Miller made only one more half-century which was a score of exactly 50 for All-England against Hampshire at Itchin Stoke Down in September 1780. His date of birth is unknown but, as he had been playing since the 1760s, he must have reached the veteran stage by the 1780s and his scores were less notable than they had been a decade earlier. Apart from a few useful contributions, Miller was by 1782 playing a minor role. He made 3 known first-class appearances in 1783, his final season, and his last known match was Kent v Hampshire at Bishopsbourne Paddock in August. Hampshire won by 85 runs and, if the batting order in the scorecard is correct, Miller batted last and scored just 2 and 9.
Style and personality
Arthur Haygarth's biography of Miller quotes John Nyren's comment that Miller had a beautiful style and was as "firm and steady as the Pyramids". He was a man "to be depended on and very active" as well as being "a kind-hearted and amiable man".
Nyren also says that Miller and John Minshull were "the only two batsmen (i.e., in the 1770s) that the Hambledon men were afraid of". He comments on Miller's ability to "cut a ball at the point of the bat" and adds, slightly contradicting Haygarth's version, that "although (Miller was) fully as stout a man as Minshull, he was considerably more active".
Little is known about Miller personally except that he seems to have been a gamekeeper employed by the Duke of Dorset at Knole House near Sevenoaks. Latterly, he took up residence with Sir Horatio Mann at Bourne, probably in the same employment. His burial took place at Bridge on 31 October 1784, only a year after his last recorded match.
Alternative first name
Miller's first name may be subject to question for, although he is generally known as Joseph, he has also been referred to as Richard, though that would seem to be due to confusion with the Richard Miller (possibly his brother) who played alongside him in one match for Surrey in the 1774 season. In his Cricket Scores, H. T. Waghorn records that "Richard Miller" played for Kent against Surrey at Laleham Burway in June 1773 but in Haygarth's version of this scorecard, he has listed the player as "J. Miller".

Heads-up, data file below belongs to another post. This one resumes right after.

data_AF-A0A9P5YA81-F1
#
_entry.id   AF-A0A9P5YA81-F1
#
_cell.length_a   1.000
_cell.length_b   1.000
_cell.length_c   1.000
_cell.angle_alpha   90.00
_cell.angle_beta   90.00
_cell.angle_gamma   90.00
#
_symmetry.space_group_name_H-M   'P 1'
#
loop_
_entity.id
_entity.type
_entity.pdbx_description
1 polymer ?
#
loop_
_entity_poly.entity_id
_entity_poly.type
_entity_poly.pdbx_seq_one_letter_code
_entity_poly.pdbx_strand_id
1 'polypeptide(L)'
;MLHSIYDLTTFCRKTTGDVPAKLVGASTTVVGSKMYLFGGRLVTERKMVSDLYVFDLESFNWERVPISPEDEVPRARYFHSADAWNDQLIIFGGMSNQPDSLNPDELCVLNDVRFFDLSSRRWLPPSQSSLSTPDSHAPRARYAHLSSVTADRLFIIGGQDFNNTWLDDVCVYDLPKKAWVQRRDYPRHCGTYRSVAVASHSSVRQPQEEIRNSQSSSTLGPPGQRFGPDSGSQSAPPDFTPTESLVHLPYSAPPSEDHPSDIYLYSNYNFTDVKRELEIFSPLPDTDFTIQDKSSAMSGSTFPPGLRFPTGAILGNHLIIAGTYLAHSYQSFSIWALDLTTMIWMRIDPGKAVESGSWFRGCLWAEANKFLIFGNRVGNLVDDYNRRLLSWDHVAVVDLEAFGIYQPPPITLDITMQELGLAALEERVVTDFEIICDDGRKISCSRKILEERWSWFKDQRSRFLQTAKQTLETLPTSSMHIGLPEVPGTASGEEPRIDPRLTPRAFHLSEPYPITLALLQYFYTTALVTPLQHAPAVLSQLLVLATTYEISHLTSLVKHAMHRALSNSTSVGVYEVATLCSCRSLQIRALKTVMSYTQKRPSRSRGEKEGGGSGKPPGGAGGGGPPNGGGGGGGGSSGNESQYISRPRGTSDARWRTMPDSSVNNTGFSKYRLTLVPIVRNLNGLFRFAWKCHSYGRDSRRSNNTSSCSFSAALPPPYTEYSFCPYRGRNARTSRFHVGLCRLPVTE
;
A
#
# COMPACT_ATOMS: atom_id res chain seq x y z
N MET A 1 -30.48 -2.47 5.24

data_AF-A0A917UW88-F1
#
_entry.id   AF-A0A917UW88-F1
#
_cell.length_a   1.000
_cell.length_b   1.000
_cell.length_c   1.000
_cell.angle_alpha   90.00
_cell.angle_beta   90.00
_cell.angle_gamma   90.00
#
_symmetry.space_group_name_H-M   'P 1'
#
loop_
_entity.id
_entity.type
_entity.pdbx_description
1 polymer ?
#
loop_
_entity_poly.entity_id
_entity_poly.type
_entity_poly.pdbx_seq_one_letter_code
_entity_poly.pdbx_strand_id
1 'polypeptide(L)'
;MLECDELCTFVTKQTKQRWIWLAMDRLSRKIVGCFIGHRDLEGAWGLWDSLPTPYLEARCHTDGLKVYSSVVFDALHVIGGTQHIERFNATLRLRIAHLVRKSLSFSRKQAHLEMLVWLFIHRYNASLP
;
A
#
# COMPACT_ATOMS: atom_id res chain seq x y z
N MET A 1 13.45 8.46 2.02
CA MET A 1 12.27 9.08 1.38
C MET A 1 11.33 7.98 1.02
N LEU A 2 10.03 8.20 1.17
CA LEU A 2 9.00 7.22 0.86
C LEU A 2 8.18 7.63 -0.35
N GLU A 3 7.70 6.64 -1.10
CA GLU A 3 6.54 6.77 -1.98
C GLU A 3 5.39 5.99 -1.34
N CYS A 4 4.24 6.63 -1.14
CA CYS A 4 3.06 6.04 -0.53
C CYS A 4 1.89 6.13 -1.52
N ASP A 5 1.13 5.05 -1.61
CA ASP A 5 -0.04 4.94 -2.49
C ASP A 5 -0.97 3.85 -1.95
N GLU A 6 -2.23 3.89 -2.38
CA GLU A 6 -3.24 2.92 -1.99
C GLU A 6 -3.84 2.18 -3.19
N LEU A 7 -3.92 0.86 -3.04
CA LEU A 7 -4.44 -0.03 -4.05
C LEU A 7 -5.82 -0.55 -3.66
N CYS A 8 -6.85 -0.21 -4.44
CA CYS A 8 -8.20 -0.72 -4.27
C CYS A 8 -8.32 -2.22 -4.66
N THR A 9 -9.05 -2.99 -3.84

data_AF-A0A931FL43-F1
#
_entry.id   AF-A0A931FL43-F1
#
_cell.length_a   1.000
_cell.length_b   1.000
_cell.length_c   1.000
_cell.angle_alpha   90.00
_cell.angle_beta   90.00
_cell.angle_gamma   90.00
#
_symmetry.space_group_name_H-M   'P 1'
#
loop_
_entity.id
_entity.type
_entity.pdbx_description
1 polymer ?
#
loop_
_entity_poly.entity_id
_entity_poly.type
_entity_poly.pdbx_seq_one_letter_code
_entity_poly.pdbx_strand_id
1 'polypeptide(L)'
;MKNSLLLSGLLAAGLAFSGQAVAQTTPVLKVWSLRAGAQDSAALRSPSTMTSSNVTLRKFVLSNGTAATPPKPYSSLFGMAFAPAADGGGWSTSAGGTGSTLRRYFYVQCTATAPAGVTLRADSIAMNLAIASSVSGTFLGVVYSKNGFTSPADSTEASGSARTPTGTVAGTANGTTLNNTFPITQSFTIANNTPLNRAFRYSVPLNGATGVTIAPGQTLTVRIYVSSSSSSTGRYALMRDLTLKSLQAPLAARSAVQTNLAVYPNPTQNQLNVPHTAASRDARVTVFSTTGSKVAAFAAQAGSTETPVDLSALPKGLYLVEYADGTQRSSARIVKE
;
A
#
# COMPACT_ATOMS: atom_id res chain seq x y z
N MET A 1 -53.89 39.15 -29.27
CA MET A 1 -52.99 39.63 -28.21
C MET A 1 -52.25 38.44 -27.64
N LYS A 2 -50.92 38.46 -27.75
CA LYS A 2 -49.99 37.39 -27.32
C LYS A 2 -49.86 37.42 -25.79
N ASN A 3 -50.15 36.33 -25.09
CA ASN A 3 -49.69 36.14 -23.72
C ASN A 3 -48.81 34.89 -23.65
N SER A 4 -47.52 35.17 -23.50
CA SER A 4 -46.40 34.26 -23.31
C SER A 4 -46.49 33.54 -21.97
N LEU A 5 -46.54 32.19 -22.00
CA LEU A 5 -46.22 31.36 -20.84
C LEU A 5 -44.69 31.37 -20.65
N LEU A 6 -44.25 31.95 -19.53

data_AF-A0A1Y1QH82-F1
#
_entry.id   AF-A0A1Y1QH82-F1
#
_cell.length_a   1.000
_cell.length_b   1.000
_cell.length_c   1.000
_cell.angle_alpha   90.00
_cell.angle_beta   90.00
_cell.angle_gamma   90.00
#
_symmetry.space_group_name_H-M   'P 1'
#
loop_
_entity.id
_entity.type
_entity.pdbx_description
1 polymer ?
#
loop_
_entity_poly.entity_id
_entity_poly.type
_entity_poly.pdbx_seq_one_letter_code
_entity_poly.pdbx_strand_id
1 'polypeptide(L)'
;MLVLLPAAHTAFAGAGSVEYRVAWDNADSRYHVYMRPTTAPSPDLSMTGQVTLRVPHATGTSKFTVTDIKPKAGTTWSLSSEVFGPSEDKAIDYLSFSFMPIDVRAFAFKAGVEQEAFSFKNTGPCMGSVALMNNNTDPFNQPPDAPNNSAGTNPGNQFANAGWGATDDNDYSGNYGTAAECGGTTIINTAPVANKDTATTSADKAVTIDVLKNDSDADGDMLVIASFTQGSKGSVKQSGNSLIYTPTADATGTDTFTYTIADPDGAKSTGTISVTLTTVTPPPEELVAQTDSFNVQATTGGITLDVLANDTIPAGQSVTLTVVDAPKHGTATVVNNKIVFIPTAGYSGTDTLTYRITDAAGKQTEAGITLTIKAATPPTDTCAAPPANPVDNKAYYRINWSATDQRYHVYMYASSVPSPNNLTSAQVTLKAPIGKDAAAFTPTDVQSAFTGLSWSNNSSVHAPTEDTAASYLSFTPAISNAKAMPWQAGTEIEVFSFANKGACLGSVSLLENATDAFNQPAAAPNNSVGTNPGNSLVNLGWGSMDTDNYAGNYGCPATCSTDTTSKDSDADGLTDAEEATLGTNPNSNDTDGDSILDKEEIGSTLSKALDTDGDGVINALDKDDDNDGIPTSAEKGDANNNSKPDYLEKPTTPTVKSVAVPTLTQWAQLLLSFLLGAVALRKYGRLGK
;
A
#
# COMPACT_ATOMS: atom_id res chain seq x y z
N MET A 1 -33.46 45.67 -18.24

Haygarth, who studied all of the old scorecards and biographical material available, acknowledges that "there seems to have been two (Millers) but it is almost certain that J was the "crack" and played in the great contests of the day". Interestingly, G. B. Buckley does not attempt to correct Haygarth re Miller in his appendix of additions and amendments to Scores and Biographies and thereby accepts that J. Miller is the correct version.
- Haygarth, pp.3–58.
- Buckley, p.48.
- Waghorn, Dawn of Cricket, p.32.
- Ashley-Cooper, p.178.
- Haygarth, p.8.
- Haygarth, p.14.
- Haygarth, p.15.
- Haygarth, p.19.
- Haygarth, p.20.
- Haygarth, p.25.
- Haygarth, pp.23–24.
- Haygarth, pp.32–35.
- CricketArchive match scorecard –Hampshire v Surrey 1778. Retrieved on 28 June 2010.
- Haygarth, p.46.
- Haygarth, p.58.
- Nyren, p.74.
- CricketArchive profile
- John Major, More Than A Game, HarperCollins, 2007, p.70.
- Haygarth, p.18.
- Waghorn, Cricket Scores, pp.92–93.
- Haygarth, p.6.
- Ashley-Cooper, pp.177–179.
- McCann, p.87.
- Underdown, p.144.
- Mote, p.153.
- Buckley, pp.207–236.
- F S Ashley-Cooper, The Hambledon Cricket Chronicle, Herbert Jenkins, 1924
- G B Buckley, Fresh Light on 18th Century Cricket, Cotterell, 1935
- Arthur Haygarth, Scores & Biographies, Volume 1 (1744-1826), Lillywhite, 1862
- Timothy J McCann, Sussex Cricket in the Eighteenth Century, Sussex Record Society, 2004
- Ashley Mote, The Glory Days of Cricket, Robson, 1997
- John Nyren, The Cricketers of my Time (ed. Ashley Mote), Robson, 1998
- David Underdown, Start of Play, Allen Lane, 2000
- H T Waghorn, Cricket Scores, Notes, etc. (1730–1773), Blackwood, 1899
- H T Waghorn, The Dawn of Cricket, Electric Press, 1906